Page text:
2), which is to be scanned on the geometric element, to the geometric element remains constant. 5. The coordinate measuring apparatus of
6. The coordinate measuring apparatus of
2), are stored as to the offset ({right arrow over (v)}k2) and/or the orientation ({right arrow over (n)}k2) of the geometric element coordinate system relative to a reference coordinate system (xw, yw, zw) in common with several geometric elements.7. The coordinate measuring apparatus of
8. A method for controlling a coordinate measuring apparatus including a probe movable in the coordinate directions (x, y, z) for scanning a workpiece having points (pk
1, pk2, pe1, pe2) to be scanned, the method comprising the steps of:for defining said points (pk
1, pk2, pe1, pe2), storing parameters of geometric elements of said workpiece including point parameters of said points to be scanned on the corresponding ones of said geometric elements; and, storing said point parameters referred to a coordinate system (xk2, yk2, zk2) inherent to the relevant geometric element (k2) of said geometric elements of said workpiece. 9. The method of
2), are stored as to the offset ({right arrow over (v)}k2) and/or the orientation ({right arrow over (n)}k2) of the geometric element coordinate system relative to a reference coordinate system (xw, yw, zw) which is common to several geometric elements.10. The method of
11. A method for controlling a coordinate measuring apparatus including a probe movable in the coordinate directions (x, y, z) for scanning a workpiece having points (pk
1, pk2, pe1, pe2) to be scanned, the method comprising the steps of:for defining said points (pk
1, pk2, pe1, pe2), storing parameters of the geometric elements including point parameters of points to be scanned on the corresponding geometric elements; and, storing said point parameters referred to a coordinate system (xk
2, yk2, zk2) inherent to the relevant geometric element (k2); wherein, when changing the dimensions of the geometric element, the point parameters are automatically adapted to the changed dimensions which are to be scanned in such a manner that the perpendicular spacing (a) of a point (pk
2), which is to be scanned on the geometric element, to the geometric element remains constant. 12. The method of
13. The method of
2), are stored as to the offset ({right arrow over (v)}k2) and/or the orientation ({right arrow over (n)}k2) of the geometric element coordinate system relative to a reference coordinate system (xw, yw, zw) which is common to several geometric elements.14. The method of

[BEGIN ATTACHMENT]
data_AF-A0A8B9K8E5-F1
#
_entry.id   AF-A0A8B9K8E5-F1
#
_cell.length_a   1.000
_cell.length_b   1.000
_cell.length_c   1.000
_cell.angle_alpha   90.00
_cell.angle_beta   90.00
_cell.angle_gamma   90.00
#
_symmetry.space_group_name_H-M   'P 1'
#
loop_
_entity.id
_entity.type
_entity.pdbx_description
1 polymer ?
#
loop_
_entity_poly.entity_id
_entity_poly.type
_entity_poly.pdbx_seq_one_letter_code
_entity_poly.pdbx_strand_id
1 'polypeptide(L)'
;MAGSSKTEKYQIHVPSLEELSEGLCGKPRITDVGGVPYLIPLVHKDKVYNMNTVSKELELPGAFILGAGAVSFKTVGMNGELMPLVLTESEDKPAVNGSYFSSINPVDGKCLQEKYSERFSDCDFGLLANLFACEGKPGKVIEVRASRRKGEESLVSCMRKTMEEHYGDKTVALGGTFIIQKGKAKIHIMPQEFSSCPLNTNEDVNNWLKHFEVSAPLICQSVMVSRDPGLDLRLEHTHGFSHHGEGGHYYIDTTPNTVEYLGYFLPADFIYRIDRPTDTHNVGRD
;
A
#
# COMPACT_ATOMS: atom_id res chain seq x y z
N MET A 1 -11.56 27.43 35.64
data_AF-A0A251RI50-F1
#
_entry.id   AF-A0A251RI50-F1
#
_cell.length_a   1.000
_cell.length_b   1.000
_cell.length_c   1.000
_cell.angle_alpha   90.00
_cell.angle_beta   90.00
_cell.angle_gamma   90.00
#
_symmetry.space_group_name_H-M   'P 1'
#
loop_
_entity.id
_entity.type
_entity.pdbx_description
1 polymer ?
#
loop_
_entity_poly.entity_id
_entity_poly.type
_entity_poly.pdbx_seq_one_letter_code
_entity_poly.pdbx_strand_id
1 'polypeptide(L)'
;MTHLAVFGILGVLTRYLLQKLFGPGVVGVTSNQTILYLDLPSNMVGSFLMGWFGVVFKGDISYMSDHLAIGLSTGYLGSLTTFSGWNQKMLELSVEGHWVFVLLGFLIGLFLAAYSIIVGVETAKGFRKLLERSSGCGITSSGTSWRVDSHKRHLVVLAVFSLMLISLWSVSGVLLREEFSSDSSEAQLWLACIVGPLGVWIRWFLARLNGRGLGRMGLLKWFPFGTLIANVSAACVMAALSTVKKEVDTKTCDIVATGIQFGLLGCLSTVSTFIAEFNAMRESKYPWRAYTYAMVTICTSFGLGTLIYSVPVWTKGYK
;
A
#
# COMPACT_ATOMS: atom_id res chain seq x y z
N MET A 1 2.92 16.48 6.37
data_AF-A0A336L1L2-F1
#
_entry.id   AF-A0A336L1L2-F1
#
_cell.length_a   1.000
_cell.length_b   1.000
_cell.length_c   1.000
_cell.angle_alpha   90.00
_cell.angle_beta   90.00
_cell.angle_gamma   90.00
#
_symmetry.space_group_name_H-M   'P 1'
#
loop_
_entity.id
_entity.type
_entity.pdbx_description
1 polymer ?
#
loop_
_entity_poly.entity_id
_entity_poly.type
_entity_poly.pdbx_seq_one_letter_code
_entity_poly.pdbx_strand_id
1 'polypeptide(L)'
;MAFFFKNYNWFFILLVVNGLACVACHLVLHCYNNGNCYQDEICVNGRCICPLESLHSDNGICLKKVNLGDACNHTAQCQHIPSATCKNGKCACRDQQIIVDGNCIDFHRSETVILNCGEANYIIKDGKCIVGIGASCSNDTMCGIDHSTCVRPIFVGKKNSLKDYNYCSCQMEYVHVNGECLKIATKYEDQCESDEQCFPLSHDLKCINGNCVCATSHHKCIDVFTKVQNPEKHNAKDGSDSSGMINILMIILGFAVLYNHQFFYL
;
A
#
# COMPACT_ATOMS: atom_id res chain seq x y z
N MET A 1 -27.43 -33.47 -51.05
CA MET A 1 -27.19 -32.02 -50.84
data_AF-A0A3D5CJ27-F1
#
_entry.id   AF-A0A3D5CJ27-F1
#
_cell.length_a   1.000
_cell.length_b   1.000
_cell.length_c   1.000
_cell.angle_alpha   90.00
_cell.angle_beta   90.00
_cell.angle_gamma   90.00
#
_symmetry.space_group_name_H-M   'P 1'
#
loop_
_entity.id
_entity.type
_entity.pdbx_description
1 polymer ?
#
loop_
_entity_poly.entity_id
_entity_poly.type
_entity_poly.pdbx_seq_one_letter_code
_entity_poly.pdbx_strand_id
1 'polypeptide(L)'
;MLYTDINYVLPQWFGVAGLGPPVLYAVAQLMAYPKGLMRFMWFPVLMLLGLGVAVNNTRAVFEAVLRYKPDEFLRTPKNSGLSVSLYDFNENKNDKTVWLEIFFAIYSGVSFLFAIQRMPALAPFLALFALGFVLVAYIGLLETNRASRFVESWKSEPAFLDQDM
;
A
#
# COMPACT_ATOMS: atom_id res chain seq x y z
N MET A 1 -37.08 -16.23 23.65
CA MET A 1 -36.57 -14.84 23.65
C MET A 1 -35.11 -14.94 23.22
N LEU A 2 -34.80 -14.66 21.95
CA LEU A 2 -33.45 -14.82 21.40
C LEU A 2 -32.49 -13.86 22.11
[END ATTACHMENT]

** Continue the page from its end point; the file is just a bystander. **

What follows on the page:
Description The invention relates to a coordinate measuring apparatus having a probe movable in the coordinate directions for scanning a workpiece. The coordinate measuring apparatus also includes a mechanism with drives via which the probe is moved as well as a control apparatus for controlling the mechanism. Coordinate measuring apparatus of this kind have long been known and are offered in various configurations. For example, a coordinate measuring apparatus can be of the so-called portal type having a portal mechanism wherein a portal spans a measuring table. The portal is movably guided on the measuring table in a first coordinate direction and can be moved via corresponding drives, such as friction wheel drives or spindle drives. A so-called transverse sled is mounted in the spanning part of the portal and can likewise be moved by drives in a second coordinate direction along the spanning part of the portal. On the transverse sled, in turn, a vertically aligned measuring arm is guided in the third coordinate direction. A probe is disposed at the lower end of the measuring arm and, with the probe, a workpiece to be measured can be scanned. The probes can be contacting probes which mechanically touch the workpiece and wherein the contact touching is detected via a deflection of the probe or, for example, the probes can be optical probes with which the surface of the workpiece to be measured is optically scanned. Another relatively widely distributed configuration of coordinate measuring apparatus is the so-called stand measuring apparatus having a stand mechanism wherein a vertically aligned column is movably guided along a measuring table and which can be displaced via drives. A so-called cross slide is movably guided on the column in the vertical direction. On the cross slide, a horizontally guided measuring arm is movably guided and the probe is disposed on the end of the this measuring arm. This coordinate measuring apparatus is likewise driven by corresponding drives. Control units are usually provided for controlling such coordinate measuring apparatus. The control units comprise, for example, an input computer and an evaluation computer and a separate control arrangement wherein the hardware functions for controlling the mechanics of the coordinate measuring apparatus are realized. The traveling paths and the evaluation requirements are usually defined in the computer. The travel paths are especially driven along for scanning the workpiece. For specifically defining the traveling paths, so-called geometric elements are defined based on which the geometry of the workpiece to be measured is simulated. The geometric elements define the smallest possible definable geometric units based upon which the geometry, which is actually to be scanned, of the workpiece to be measured is simulated. On the basis of this geometry, the actual points, which are to be scanned on the surface of the workpiece, are defined. A usual compilation of such geometric elements are: the point, the circle, the cylinder, the cone, the sphere, the ellipse, the plane, the straight line, the torus, and the paraboloid as well as the curve and the free-form surface. The points, which are to be scanned on the workpiece surface, are defined with this compilation of geometric elements in coordinate measuring apparatus. In coordinate measuring apparatus known up to now, the geometric element as well as the points, which are to be scanned on the geometric elements, were always referred to a common reference coordinate system, for example, the machine coordinate system of the coordinate measuring apparatus or the workpiece coordinate system of the workpiece to be measured. Such a reference to a common coordinate system is absolutely necessary during the execution of the measuring sequence because, otherwise, the probe could not be correspondingly moved. The storage of the points to be scanned relative to the reference coordinate system had, however, the peculiarity that each time there was a change of the geometry of the workpiece and therefore also of the geometric elements, the points, which were to be scanned hereon, had to be completely newly defined. However, often small changes on the geometry of the workpiece to be measured are undertaken in different product stages or in components of a family of products. For this reason, this leads to a high complexity with respect to programming and this is especially so when the points to be scanned on the particular geometric element must be manually inputted with tedious programming work. It is an object of the invention to provide a coordinate measuring apparatus proceeding from the above as well as a corresponding method for controlling such coordinate measuring apparatus with which the travel paths can be more easily changed. The basic idea of the invention is that the parameters for defining the geometric elements and the points, which are to be scanned on the geometric elements, are stored referred to a coordinate system corresponding to the particular geometric element. In this way, the individual points of the geometric element to be scanned are in a fixed relationship to the geometric element coordinate system so that the desired geometry of the workpiece can easily be changed. In order to clearly define the geometric element coordinate system, which is inherent to the geometric element, parameters (additionally assigned to each geometric element) are stored in the memory of the control unit as to offset of the geometric element coordinate system and/or parameters as to the orientation of the geometric element coordinate system with respect to a common reference coordinate system. In this way, each geometric element as such, referred to a common reference coordinate system, receives a clear offset and direction. In this way, a once defined geometric element can, together with the points to be scanned, be positioned and rotated without difficulty at various locations on the workpiece without having to newly input the geometric element and the points to be scanned. With a position change of the geometric element of this kind, only the parameters of the offset of the geometric element coordinate system and/or the orientation with respect to the common reference coordinate system are changed. A special problem results additionally for some geometric elements when the dimension of the geometric element is changed because, for a corresponding change of the dimensions, the points, which are to be scanned, possibly no longer lie on the surface or the line of the geometric element. For example, if the diameter of a circle is changed, then the points, which are to be scanned, no longer lie on the circular line after the change without corresponding measures. According to an especially advantageous embodiment of the method of the invention, and for a change of the dimensions of a geometric element, the parameters with respect to the points, which are to be scanned on the geometric element, are changed in such a manner that the perpendicular spacing of each point, which is to be scanned, from the geometric element, remains constant. The invention will now be described with reference to the drawings wherein: FIG. 1 is a schematic illustration of a coordinate measuring apparatus of the invention; FIG. 2 is a schematic representation of a method for carrying out an automatic measuring sequence; FIG. 3 shows a workpiece to be measured for which several geometric elements to be scanned are defined; FIG. 4 shows the workpiece of FIG. 3 wherein the position and the size of a bore have been changed; FIG. 5 is a free-form surface f, in section, whose form has been changed; and, FIG. 6 is a circle (k FIG. 1 shows a coordinate measuring apparatus of the invention which is shown here simply exemplary in the form of a portal measuring apparatus having a portal mechanic The control of such a coordinate measuring apparatus is, for example, described in U.S. Pat. No. 5,471,406 incorporated herein by reference. The computer Establishing, executing and evaluating a measuring sequence will now be described with respect to FIG. After a plurality of detailed parameters have been set, a geometric elements on the workpiece surface are assigned to the test feature. These geometric elements are to be scanned and are necessary, inter alia, in a step Furthermore, the travel paths for the probe to the different geometric elements, which are to be scanned, are determined. This can either likewise take place manually in that corresponding intermediate points are inputted or automatically with the program then taking care of generating the travel path. The determined data are then transmitted to the control The measurement data, which are obtained because of the measuring sequence, are evaluated in a last step The specific definition of the measuring sequence takes place based on computer It will now be explained in greater detail with respect to FIG. 3 how this is specifically done with an input of the geometric elements and the points, which are to be scanned, corresponding thereto. For this purpose, a specific measurement task is present as it is described, for example, in the above-mentioned international patent publication Wo 99/58931. As specific geometric elements, two circles (k The above data, that is, the offset of the geometric element coordinate system (xk One proceeds in a similar manner with respect to planes (e In a last step, the scan points pe The above data are stored likewise in lists in the memory of the computer After all geometric elements, which are needed for detecting the one test feature, have been inputted and stored, the individual geometric elements are tied into a total travel path as described above for travel path generation. In a first operation, the points, which are to be scanned, are first converted to a common reference coordinate system, for example, the machine coordinate system or the workpiece coordinate system (xw, yw, zw) which however presents no problem after the offset and the orientation of the geometric element coordinate systems is known relative to the reference coordinate system (xw, yw, zw). The above points are referred to the individual geometric element coordinate systems (xk After the travel path is completed, the measurement is carried out and the measurement results determined thereby are correspondingly evaluated. As already mentioned herein initially, it often however happens that, for example, different components of a family of products differ slightly from each other and that therefore, for coordinate measuring apparatus known up to now, new geometric elements together with the points to be scanned herefor are to be newly defined for the changing geometries in order to carry out the changes. In contrast hereto, a change of this kind is very easily possible with the method of the invention as will be shown clearly with respect to FIG. FIG. 4 shows a workpiece, which is slightly changed with respect to FIG. 3, wherein the location and the size of the bore b The particular geometric element, which is to be scanned, namely the circle k Furthermore, in the change according to FIG. 4, the parameter rk Because of the change of the dimensions of the geometric element, the points pk In FIG. 5, a free-form surface f is shown in section as exemplary of a geometric element. The solid line here describes the changed geometry and the broken line defines the previous contour. In order to achieve, for such a change of the geometric element, that the points pf, which are to be scanned, are adapted in correspondence to the dimensions of the changed geometric element, the points pf, which are to be scanned, are displaced relative to the geometric element coordinate system (xf, yf, zf) of the free-form area f so that the perpendicular spacing a to the free-form surface remains constant. For this purpose, the perpendicular spacing a to the original free-form area is determined in that a perpendicular is dropped to the free-form area starting from the point pf which is to be scanned and then the spacing a between the point pf which is to be scanned and the intersect point of the perpendicular with the free-form area is computed. For points, which lie on the geometric element, this step can of course be dropped because the perpendicular spacing is thereby precisely zero. In a next step, a normal vector {right arrow over (n)}pf is generated from the original point to the changed free-form area f, that is, a perpendicular is dropped to the changed free-form area f and the point is displaced along this normal vector until it again has the distance a. The described procedure can, in principle, be applied for all geometric elements wherein a change of the dimensions of the geometric element has the consequence that the points, which are to be scanned, no longer are located on the area and/or the line of the geometric element. The corresponding geometric elements would be: the curve, the free-form area, the circle, the ellipse, the cylinder, the torus, the paraboloid, the cone and the sphere. The fact, however, that the points are always displaced in the perpendicular direction toward the changed geometric element can however have the consequence that the point distribution of the points to be scanned on the particular geometric element changes unwontedly. For example, with a cone, wherein the elevation or the circle, which defines the cone, is changed in radius, the slope of the surface line would be changed and the correspondingly displaced point, which is to be scanned, lies on the changed geometric element at another elevation than the original point which is to be scanned. For geometric elements, which are precisely rotationally symmetrical with respect to an axis, one therefore selects the displacement direction of the points, which are to be scanned, radially to the relevant axis of symmetry. Here, radial is intended to mean the direction of that line along which the spacing between point and symmetry axis is minimal. Such geometric elements can, for example, be the circle, the cylinder, the paraboloid, the cone as well as the torus. This procedure has the special advantages mentioned hereinafter. First, starting from the point of the original geometric element which is to be scanned, no perpendicular has to be dropped to the changed geometric element so that the computing time is saved. Furthermore, it can be ensured hereby that especially for the elements cylinder, paraboloid and cone, the points, which are to be scanned, always remain at one and the same elevation on the geometric element. How the points of the circle k A third variation wherein the geometric element circle k A coordinate measuring apparatus is presented having a probe ( Patent Citations